In the first hearing on President Trump's proposed budget cuts to the fiscal year (FY) 2021 foreign assistance budget, members of the US House Appropriations Subcommittee on State, Foreign Operations, and Related Programs criticized the proposed cuts. The questions, which were directed at Mark Green, Administrator of the US Agency for International Development, covered a wide range of issues including the US response to the Coronavirus, the Mexico City policy (the 'global gag rule'), the response to China's assistance model, and cuts in assistance to Central America. 

Criticism of the funding levels came from both the chair and the ranking member of the subcommittee, setting up a bipartisan rejection of the cuts. Chair, Nita Lowey, was particularly critical, noting that severe cuts in basic education and family planning would be inconsistent with the Trump administration's policies. She said that "the administration cannot seriously believe that millions of women can achieve economic empowerment if they are unable to read, write, do math, or control the timing and number of children they have". 

News report - Devex

United States

USAID first chief nutritionist speaks to his priorities

Shawn Baker, the newly appointed (and first-ever) chief nutritionist for the United States Agency for International Development (USAID), spoke about his priorities and strategies for this new post. Baker, who spent the previous six years as the director of nutrition at the Bill & Melinda Gates Foundation, views 2020 as the right time to reenergize the attention and investment in nutrition.  Baker aims to use USAID’s expertise to foster support for the Nutrition for Growth Summit, scheduled to be held in Tokyo in December 2020, and believes that the summit is a major opportunity for donors, the private sector, and partner governments to recommit resources to nutrition.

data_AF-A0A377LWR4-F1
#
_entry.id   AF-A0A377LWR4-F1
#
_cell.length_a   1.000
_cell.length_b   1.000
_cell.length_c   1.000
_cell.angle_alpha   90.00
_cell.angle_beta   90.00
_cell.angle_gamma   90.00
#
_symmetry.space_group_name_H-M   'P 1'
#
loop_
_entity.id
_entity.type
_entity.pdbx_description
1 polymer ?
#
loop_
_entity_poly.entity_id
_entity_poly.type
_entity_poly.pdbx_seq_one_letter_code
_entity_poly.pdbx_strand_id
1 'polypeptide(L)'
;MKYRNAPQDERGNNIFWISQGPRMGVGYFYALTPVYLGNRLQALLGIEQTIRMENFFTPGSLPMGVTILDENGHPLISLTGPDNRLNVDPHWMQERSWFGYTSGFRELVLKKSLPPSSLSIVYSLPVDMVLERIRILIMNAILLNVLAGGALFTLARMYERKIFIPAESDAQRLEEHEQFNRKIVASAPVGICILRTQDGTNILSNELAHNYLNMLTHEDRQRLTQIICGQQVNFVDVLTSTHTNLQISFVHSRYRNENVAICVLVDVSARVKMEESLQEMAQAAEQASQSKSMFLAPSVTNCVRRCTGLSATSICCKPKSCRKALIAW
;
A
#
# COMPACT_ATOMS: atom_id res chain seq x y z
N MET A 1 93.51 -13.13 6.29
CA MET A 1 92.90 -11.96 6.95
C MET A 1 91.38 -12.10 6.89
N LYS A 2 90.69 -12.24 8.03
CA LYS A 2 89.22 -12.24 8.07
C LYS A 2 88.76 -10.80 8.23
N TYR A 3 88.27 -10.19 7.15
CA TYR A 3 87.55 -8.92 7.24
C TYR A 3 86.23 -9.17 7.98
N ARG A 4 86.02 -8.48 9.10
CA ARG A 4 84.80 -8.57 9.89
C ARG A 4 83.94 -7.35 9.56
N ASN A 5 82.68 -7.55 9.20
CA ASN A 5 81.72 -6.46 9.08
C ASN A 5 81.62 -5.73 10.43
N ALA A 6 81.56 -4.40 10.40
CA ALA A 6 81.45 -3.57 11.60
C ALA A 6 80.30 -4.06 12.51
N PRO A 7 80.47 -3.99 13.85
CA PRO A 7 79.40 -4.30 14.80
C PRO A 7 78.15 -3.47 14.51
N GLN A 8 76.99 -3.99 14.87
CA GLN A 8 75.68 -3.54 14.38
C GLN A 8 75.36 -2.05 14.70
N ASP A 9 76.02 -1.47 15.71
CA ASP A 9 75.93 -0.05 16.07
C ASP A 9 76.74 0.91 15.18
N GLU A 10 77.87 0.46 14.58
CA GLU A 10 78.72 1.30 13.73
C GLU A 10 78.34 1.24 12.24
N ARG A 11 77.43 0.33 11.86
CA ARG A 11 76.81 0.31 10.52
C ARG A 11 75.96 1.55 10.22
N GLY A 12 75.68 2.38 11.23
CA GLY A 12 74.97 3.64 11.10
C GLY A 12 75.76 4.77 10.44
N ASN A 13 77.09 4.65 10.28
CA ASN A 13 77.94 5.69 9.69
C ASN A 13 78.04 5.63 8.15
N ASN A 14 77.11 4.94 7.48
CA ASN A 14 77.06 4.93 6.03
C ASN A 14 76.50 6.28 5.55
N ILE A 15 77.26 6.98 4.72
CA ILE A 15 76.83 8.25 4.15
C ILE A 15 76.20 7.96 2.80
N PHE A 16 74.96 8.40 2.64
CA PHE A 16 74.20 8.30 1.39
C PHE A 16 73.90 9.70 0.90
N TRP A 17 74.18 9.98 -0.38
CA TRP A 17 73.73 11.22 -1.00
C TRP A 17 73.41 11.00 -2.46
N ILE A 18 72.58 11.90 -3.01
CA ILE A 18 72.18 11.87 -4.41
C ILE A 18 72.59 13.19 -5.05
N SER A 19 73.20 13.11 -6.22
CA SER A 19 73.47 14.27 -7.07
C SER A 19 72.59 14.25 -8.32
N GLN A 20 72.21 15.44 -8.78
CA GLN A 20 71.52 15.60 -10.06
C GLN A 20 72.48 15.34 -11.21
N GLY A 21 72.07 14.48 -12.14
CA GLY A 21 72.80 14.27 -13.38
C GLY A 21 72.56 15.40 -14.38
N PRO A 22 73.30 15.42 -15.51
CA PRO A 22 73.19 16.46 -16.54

Additionally, Baker wants to help "demystify" nutrition to other bureaus within USAID and solve what he views as nutrition's "orphan problem" through more active demonstrations of nutrition's role in meeting other global development goals. No specific US commitments have yet been announced for the Japan meeting, although Baker said that the discussions and decisions will take place both within USAID and with other US government agencies.

News article - Devex

United States Nutrition

DFC head stresses development impact as primary goal for new agency

Adam Boehler, the new CEO of the US Development Finance Corporation (DFC), stressed that development impact, not the size of any development finance deal, will be the most important factor in making DFC investment decisions. In an interview with Devex, Boehler stated that when the DFC is evaluating potential deals, the most important metric will be measuring development impact using its new tool, the "impact quotient." 

In addition to the development metric score, Boehler said that the DFC will also look at how a particular investment will fit into US foreign policy, how it integrates other US agencies like the US Agency for International Development and the Millennium Challenge Corporation, and how it yields returns. His comments were viewed as assurances aimed at both Congress and the development community, both of which pushed hard for a strong development reorientation for the new development finance institution.

News article - Devex

United States